AP News

Court mistakenly posts secret San Bruno settlement


REDWOOD CITY, Calif. (AP) — A California court has mistakenly posted secret Pacific Gas & Electric Co. settlement documents showing it agreed to pay more than $2 million to a teenager burned in the 2010 San Bruno gas pipeline explosion that killed eight people and destroyed dozens of homes.

The posting provides the first glimpse at any of the settlements the utility has reached in lawsuits filed by victims of the blast, the San Mateo County Times reported on Wednesday (http://bit.ly/PsDRDm). The details of all of the settlements PG&E has reached with more than a quarter of the roughly 400 plaintiffs have previously been confidential, according to the newspaper.

The documents posted on the San Mateo County court website show the company paid the teenage girl $1.8 million and an additional $677,700 to cover her attorneys' fees and $19,400 for medical expenses. The girl suffered second and third-degree burns in the blast, which was blamed on an inferior pipeline weld. Her injuries required extensive treatment and will likely leave her with permanent scars, according to her lawsuit.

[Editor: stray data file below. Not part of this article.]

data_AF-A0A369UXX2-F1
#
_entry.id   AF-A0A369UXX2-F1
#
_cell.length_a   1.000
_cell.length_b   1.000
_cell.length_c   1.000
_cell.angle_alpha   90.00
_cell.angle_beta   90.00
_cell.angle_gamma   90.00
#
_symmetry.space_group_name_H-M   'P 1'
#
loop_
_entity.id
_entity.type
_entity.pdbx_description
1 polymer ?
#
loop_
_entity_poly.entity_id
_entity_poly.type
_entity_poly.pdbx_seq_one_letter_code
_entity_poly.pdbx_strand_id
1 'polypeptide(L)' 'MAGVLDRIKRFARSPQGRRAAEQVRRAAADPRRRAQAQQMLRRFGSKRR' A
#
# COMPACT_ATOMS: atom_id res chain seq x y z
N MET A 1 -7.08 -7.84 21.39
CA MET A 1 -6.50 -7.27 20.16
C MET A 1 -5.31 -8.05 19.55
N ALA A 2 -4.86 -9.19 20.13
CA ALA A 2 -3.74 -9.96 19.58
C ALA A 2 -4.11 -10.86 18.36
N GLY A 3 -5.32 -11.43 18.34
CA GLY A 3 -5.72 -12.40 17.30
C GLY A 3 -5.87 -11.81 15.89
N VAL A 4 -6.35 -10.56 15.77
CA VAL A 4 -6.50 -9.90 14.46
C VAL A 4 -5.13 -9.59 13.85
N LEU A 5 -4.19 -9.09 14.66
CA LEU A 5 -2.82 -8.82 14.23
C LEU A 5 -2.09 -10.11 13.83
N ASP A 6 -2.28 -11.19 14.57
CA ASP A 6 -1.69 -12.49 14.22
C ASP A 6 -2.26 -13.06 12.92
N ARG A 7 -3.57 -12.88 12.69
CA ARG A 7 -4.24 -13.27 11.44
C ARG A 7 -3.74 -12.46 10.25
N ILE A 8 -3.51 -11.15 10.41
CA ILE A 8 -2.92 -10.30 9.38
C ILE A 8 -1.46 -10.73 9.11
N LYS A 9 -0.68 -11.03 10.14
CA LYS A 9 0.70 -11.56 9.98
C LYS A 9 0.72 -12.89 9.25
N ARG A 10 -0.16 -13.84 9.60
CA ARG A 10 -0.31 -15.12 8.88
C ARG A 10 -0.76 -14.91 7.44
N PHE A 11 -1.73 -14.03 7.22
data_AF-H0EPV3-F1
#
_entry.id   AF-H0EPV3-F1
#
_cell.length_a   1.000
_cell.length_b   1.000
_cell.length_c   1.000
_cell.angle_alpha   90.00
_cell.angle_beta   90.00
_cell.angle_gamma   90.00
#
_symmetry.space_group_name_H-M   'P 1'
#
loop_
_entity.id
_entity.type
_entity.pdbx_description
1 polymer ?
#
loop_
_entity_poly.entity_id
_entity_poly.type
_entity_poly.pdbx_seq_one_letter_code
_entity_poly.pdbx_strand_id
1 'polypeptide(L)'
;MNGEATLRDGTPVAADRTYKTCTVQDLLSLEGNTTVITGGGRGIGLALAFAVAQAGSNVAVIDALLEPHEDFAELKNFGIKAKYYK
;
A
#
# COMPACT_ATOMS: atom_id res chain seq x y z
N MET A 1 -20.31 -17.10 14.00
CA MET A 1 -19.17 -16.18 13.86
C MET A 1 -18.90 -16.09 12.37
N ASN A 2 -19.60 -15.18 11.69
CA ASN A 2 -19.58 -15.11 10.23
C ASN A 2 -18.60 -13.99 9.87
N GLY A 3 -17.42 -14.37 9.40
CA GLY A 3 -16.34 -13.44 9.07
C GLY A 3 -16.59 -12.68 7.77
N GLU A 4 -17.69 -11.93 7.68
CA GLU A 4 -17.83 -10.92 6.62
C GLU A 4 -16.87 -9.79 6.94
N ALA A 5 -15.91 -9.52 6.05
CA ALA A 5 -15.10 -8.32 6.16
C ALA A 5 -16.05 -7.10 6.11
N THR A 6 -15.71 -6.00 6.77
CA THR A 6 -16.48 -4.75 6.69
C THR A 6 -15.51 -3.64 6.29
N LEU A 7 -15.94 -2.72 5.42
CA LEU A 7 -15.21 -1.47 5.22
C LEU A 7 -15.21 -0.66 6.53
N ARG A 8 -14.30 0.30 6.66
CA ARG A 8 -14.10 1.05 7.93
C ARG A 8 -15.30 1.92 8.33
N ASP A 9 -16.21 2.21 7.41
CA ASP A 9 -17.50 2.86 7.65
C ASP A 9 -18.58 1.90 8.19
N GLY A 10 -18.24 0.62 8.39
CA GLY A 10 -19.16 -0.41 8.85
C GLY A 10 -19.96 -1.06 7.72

The documents, sealed by court order, were filed on July 18. It was not immediately clear how they got online.

"From the clerk's office to the IT department, something happened," Judge Steven Dylina, who is presiding over the girl's case, told the San Mateo County Times. "I don't know where the glitch is."

The page on the court's website connected to the San Bruno blast has been shut down, he said.

PG&E would not say if the disclosure of the documents would have an impact on the other civil cases. Some victims have complained that lack of information about other settlement amounts has made it difficult for them to evaluate offers from PG&E.

PG&E spokeswoman Brittany Chord said that as of the end of June, the utility had spent $145 million on injury and property claims connected with the blast. The company has estimated that claims from the blast would end up costing it $455 million.


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